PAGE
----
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Re: Bloom::Filter Usage

by periapt (Hermit)
on Apr 21, 2004 at 17:15 UTC ( #347067=note: print w/replies, xml ) Need Help??


in reply to Bloom::Filter Usage

You might consider attacking the problem from the other end. That is, develop a list of possible duplicate accounts and then checking the complete list against it. I assume that you need to perform some processing on the record before inserting it even if it is not duplicate and probably some other processing if is might be a duplicate. Thus, most of the time on this program will be in processing the records. Using some additional parsing tools might represent a small cost in time to simplify the program considerably.

For example, you could create a new file, possibledups.txt, by parsing the original file using awk to get the account number, open and close dates. Pipe this result to sort and unique to get a (much smaller) list of possible duplicate accounts. Something like ...

 gawk [some parse code] | sort | uniq -d > possibledups.txt

The processing script then, can read this duplicate file into a hash first. Then, as the script reads each record from the master file, it can compare those results against the hash of possible dups. That way, your code is spending most of its processing effort working on known unique records (which is probably simpler and faster than working on dups). In my experience, this approach can often simplify coding since the exception condition (duplicates) can be moved off to another subroutine.

ps. As a test, I generated a random file containing 30 million records and processed it using this pipe set in about 9 minutes (milage may vary).

PJ

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Re: Re: Bloom::Filter Usage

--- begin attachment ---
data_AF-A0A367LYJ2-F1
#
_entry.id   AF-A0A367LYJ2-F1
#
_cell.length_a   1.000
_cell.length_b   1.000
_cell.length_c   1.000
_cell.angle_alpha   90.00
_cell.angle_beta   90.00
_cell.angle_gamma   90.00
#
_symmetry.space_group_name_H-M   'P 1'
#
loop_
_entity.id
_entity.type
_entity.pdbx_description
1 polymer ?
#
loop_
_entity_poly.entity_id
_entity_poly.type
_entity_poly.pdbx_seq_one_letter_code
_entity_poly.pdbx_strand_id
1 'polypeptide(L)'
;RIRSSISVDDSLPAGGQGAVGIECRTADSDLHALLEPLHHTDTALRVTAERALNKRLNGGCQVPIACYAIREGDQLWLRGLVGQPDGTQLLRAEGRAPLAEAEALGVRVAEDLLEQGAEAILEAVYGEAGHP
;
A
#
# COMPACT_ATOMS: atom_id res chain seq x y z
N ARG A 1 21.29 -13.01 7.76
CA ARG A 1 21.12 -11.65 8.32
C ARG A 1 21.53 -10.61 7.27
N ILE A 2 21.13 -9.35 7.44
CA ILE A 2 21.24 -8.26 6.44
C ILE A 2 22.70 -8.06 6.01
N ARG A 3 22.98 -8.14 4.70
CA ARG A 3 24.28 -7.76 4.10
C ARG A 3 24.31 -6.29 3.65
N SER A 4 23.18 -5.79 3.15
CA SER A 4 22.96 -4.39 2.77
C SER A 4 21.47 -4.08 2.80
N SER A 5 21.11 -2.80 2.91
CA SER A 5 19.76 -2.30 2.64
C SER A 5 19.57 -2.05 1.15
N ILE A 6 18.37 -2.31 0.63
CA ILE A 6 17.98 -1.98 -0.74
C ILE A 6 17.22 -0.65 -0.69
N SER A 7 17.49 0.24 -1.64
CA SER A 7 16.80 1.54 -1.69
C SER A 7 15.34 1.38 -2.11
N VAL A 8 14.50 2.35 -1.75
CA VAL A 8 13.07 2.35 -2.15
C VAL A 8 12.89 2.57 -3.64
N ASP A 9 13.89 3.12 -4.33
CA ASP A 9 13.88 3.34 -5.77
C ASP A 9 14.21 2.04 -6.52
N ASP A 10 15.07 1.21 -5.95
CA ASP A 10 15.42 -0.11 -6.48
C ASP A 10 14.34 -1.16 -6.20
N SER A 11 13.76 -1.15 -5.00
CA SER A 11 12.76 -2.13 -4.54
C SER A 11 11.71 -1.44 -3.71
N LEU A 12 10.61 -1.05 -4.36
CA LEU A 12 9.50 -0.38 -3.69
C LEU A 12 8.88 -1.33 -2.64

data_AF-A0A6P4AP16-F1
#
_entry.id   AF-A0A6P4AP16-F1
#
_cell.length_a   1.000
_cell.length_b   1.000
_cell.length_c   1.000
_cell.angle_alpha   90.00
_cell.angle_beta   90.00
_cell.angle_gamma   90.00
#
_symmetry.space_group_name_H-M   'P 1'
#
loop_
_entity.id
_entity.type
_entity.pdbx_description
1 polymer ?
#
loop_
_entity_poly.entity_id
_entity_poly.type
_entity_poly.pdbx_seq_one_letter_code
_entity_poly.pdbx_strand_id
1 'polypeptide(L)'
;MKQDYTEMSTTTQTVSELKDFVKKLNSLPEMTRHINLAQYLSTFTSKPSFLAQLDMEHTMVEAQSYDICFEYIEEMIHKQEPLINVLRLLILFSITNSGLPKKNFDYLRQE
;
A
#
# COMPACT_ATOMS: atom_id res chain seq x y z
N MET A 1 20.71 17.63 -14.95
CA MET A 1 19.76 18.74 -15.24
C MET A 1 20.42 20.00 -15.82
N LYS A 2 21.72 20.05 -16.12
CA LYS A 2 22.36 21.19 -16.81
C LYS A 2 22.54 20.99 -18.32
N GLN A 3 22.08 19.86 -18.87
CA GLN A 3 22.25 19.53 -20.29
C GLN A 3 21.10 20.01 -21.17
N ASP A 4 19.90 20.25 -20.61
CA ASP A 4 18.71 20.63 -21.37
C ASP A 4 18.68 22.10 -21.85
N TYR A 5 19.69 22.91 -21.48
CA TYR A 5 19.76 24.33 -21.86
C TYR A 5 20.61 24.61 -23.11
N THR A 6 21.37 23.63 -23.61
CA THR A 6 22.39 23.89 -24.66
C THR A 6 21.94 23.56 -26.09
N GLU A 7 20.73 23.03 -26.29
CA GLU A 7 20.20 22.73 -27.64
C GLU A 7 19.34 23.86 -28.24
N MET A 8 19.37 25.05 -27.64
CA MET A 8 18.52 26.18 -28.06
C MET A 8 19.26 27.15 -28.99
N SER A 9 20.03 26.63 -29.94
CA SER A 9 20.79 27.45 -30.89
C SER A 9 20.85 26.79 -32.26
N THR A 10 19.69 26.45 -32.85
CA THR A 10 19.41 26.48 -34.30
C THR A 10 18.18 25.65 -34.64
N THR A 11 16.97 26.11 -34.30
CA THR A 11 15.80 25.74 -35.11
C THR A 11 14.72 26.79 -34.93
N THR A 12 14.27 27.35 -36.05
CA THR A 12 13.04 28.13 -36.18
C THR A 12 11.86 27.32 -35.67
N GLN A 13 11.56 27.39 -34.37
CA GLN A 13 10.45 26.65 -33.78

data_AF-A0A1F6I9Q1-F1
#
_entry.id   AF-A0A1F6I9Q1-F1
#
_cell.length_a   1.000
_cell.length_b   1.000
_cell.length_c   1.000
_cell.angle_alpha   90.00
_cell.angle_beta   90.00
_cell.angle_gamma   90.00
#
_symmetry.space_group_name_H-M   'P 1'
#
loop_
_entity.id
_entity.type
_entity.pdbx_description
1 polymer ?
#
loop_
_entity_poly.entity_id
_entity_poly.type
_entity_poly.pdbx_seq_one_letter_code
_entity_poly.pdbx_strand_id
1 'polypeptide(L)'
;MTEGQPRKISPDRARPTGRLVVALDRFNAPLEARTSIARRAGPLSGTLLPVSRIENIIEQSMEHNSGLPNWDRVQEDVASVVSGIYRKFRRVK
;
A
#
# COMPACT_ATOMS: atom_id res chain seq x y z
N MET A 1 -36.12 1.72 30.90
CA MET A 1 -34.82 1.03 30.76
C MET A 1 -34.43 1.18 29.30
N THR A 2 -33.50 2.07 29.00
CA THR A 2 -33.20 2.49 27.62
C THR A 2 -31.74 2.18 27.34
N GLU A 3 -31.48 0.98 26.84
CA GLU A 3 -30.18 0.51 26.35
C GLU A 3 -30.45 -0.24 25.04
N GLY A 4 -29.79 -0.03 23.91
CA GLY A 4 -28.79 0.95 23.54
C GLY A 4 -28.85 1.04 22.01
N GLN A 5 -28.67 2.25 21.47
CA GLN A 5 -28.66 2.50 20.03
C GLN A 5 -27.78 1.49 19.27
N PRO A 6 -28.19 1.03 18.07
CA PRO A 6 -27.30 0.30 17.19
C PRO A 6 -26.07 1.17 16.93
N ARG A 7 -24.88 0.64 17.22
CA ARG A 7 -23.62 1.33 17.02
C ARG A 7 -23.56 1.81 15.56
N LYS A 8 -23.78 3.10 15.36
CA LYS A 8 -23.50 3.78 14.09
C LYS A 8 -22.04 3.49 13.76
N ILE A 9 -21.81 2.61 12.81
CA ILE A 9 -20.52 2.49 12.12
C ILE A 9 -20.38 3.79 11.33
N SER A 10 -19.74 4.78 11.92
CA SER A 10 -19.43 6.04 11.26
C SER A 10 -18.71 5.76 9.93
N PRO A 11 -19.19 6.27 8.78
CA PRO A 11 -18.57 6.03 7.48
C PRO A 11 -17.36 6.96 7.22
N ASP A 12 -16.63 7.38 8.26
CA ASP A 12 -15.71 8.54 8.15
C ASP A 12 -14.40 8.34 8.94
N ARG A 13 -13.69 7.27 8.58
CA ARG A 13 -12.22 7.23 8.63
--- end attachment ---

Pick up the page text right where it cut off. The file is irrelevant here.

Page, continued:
by jreades (Friar) on Apr 22, 2004 at 14:44 UTC

    This is exactly the approach that I'm going to have to take -- and it fits rather well with the logic of the process (I'm dealing with an ETL (Extract, Transform, Load) system and there are multiple stages to each job).

    FamousLongAgo very kindly sent me the updated v 0.2 code to try out and it definitely works, but unfortunately the way that I'm trying to use it doesn't because the number of duplicates is very low and the population very large. This helps me to end up with with a massive bitmap (431329181 bits) and ten hashing functions. If I knew more about hashing functions I might have been able to come up with a way to accelerate the hashing function by (as was suggested by others in this thread) optimising it for numeric keys of a preset size (12 bytes).

    As it stood, however, the level of overhead reduced the filter to the point where it took five to ten seconds per key!

    I really like the approach of using uniq -d and can only wish that it had occurred to me a couple of days ago since I would have managed to skip the banging of hand to head that just happened. There's enough memory and swap space to support sorting on 30 million records (this machine even has SyncSort installed).

    Thank you everyone for your helpful tips and suggestions.

      Update: If anyone would care to explain why this post rates a downvote, I'd be pleased to learn.

      If it would help, here is a badly named and almost undocumented module that may see light of day sometime.

      It will allow you to create an on-the-fly lookup table of your 30,000,000 12-digit numbers using under 256MB of ram.

      The performance isn't too bad at an average of 40 usecs per lookup in my test application below.

      My testcase.


      Examine what is said, not who speaks.
      "Efficiency is intelligent laziness." -David Dunham
      "Think for yourself!" - Abigail

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